On 28 January 2010, the FSA published Consultation Paper 10/3: Effective corporate governance (Significant influence controlled functions and the Walker review) (CP10/3).
In CP10/3 the FSA discussed developments in governance and regulatory policy and set out a range of proposals for consultation:
- A new framework of classification of controlled functions (chapter 2). The FSA proposes to introduce nine new significant influence controlled functions (comprising six new governing functions and three new systems and controls functions) to capture key roles that currently fall within an existing significant influence controlled function. The functions are chairman, chairman of risk committee, chairman of audit committee, chairman of remuneration committee, senior independent director, parent entity SIF, finance function, risk function and internal audit function.
- Changes to the approved persons regime (chapter 3). The FSA set out further proposals on the approved persons regime that build on the changes set out in Policy Statement 09/14: The approved persons regime - significant influence function review. The FSA’s proposals included extending the regime to capture more individuals who are based outside a UK-regulated firm but who exert a significant influence upon that UK-regulated firm. The FSA also proposed amendments to controlled function 29 so that it applies to senior managers responsible for retail banking activities carried out by UK branches of EEA-authorised firms.
- Guidance on the FSA’s expectations in relation to non-executive directors (NEDs) (chapter 5). The FSA’s key message remained that NEDs have a pivotal role to play in the active governance of firms. Where it appears that executives have persistently made poor decisions, the FSA will look closely at NEDs’ performance if it feels they have not intervened in a timely and sufficient way. The FSA proposed the deletion of current guidance in the FSA Handbook that discusses the limits of NED liability. Whilst it is not the intention of the FSA to take disciplinary action against a NED (or any other approved person) for matters that clearly fall outside the scope of their responsibilities, it believes that those responsibilities are broad. The FSA is concerned that the existing guidance in the FSA Handbook could be misinterpreted and taken to mean that it would not hold NEDs responsible for, for example, failing to intervene and challenge the executive. The FSA sees challenge and intervention as a key part of any NED’s responsibilities.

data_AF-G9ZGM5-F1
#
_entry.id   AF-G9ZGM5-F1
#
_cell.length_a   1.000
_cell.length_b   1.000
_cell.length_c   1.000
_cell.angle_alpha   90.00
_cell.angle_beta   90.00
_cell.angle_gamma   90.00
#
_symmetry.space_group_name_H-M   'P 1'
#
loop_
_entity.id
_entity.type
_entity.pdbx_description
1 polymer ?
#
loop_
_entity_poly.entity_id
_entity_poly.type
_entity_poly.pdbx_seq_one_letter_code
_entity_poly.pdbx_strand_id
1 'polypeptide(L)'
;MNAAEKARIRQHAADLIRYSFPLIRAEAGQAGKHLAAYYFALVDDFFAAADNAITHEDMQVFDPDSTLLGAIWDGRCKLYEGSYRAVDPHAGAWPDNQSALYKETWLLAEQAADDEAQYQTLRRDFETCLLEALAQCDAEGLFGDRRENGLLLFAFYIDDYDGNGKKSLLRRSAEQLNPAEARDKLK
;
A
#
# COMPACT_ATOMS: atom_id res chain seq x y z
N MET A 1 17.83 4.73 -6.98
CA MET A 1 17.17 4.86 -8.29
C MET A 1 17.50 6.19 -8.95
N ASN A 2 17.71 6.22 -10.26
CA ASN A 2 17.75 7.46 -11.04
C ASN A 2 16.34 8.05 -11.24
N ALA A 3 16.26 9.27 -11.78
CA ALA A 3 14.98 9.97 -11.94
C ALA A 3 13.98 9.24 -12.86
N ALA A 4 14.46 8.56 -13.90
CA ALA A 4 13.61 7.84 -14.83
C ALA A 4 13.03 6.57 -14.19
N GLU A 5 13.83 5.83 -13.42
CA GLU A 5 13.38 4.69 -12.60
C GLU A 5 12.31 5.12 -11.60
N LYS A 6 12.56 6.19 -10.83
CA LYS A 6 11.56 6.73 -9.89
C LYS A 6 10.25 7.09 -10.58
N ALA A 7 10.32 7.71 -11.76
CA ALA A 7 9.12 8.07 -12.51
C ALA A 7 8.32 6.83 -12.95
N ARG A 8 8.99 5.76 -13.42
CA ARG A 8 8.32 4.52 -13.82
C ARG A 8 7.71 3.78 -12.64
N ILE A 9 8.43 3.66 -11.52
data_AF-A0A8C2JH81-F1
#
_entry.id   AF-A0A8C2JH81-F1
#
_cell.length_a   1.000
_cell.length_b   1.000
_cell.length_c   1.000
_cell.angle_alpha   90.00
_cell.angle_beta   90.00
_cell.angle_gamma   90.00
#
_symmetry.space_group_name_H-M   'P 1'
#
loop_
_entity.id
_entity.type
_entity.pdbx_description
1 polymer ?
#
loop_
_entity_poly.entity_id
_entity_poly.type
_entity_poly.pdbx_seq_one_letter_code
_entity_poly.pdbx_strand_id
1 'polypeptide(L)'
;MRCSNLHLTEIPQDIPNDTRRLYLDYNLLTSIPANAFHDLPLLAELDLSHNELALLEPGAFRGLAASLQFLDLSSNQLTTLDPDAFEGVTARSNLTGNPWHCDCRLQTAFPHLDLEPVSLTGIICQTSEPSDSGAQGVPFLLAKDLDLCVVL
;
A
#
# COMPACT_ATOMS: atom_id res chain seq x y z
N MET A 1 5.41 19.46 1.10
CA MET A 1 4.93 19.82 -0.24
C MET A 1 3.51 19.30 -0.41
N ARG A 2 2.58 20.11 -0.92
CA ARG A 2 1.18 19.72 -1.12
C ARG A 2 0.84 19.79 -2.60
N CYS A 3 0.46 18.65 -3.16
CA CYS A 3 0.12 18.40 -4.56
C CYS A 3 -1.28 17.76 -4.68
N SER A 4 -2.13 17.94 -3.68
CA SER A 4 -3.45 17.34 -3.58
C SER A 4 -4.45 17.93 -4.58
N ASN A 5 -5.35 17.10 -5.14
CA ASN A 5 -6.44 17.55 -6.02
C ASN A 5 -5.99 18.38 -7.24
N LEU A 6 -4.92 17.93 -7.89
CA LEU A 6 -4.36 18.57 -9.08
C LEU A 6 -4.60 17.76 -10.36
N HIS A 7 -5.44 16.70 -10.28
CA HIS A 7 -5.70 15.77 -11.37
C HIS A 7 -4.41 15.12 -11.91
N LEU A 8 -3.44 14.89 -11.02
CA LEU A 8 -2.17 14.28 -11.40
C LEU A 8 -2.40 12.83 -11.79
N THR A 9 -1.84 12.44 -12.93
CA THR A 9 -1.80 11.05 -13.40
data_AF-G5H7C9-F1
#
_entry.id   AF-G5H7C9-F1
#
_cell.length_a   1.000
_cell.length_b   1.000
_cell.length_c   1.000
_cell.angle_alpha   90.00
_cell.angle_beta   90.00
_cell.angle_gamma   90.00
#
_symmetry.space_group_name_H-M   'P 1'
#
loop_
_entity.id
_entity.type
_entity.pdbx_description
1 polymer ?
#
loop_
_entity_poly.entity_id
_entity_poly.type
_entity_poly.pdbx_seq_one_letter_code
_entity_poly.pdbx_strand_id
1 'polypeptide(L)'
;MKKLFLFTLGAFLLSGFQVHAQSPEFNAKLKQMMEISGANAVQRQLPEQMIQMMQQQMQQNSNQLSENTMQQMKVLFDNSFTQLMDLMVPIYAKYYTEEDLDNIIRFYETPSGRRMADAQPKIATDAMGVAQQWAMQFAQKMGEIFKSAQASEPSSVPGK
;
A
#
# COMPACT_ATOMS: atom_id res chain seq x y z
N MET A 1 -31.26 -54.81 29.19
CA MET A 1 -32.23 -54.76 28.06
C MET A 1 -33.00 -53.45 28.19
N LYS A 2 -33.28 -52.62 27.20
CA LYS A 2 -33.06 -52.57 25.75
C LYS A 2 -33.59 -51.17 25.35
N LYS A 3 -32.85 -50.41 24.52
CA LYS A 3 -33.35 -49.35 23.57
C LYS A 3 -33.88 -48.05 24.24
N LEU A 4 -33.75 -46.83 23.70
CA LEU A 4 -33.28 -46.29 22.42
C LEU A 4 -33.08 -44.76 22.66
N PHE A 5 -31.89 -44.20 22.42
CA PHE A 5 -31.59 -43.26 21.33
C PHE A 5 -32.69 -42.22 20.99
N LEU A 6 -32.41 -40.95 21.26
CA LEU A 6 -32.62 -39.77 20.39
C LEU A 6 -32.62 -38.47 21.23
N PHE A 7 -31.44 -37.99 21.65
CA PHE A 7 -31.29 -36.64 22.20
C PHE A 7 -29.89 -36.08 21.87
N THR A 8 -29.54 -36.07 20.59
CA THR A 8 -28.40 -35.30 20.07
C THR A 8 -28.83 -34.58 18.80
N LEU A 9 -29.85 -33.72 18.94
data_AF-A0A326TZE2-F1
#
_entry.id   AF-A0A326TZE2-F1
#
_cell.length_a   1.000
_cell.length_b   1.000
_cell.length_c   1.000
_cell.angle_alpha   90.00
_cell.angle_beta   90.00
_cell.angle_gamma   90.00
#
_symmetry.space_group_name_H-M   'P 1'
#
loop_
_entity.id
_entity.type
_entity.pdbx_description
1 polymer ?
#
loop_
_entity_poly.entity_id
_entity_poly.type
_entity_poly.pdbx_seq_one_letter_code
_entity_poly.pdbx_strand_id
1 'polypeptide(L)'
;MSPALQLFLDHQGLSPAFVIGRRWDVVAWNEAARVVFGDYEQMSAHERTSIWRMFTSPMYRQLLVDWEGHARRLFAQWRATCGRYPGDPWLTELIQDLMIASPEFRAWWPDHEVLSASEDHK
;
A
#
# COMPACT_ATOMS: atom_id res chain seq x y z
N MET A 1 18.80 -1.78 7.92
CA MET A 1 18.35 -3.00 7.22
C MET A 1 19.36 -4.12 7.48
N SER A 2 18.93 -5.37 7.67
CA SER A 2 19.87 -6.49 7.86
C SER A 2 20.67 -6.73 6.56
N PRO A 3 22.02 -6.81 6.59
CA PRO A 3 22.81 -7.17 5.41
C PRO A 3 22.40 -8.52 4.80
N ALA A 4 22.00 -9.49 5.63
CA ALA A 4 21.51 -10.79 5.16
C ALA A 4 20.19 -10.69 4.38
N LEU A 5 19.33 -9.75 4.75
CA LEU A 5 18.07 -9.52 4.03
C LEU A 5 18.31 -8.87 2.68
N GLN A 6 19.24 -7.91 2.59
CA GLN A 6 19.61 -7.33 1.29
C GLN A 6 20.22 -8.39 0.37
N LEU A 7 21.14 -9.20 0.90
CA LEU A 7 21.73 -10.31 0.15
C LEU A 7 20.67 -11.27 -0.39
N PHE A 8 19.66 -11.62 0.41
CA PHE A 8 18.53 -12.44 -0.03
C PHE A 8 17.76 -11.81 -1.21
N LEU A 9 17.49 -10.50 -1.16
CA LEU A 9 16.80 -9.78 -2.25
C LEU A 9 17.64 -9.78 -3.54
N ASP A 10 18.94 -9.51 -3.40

- Risk governance guidance and the FSA’s plans for other implementing measures in support of Sir David Walker’s recommendations (chapter 6). The FSA's proposals included amending existing references to the Combined Code in the FSA Handbook to ensure that the current provisions will apply to the Corporate Governance Code when it comes into effect. The FSA also intends to implement Sir David’s recommendations 23 to 26 regarding Chief Risk Officers and board risk committees through guidance in the Systems and Controls sourcebook. The FSA also indicated its intentions in relation to Sir David’s recommendations 19 to 20B on shareholder engagement.
The FSA also provided more information on its Significant Influence Function (SIF) process. This was set out in chapter 4 of CP10/3.
The deadline for comments on CP10/3 is 28 April 2010.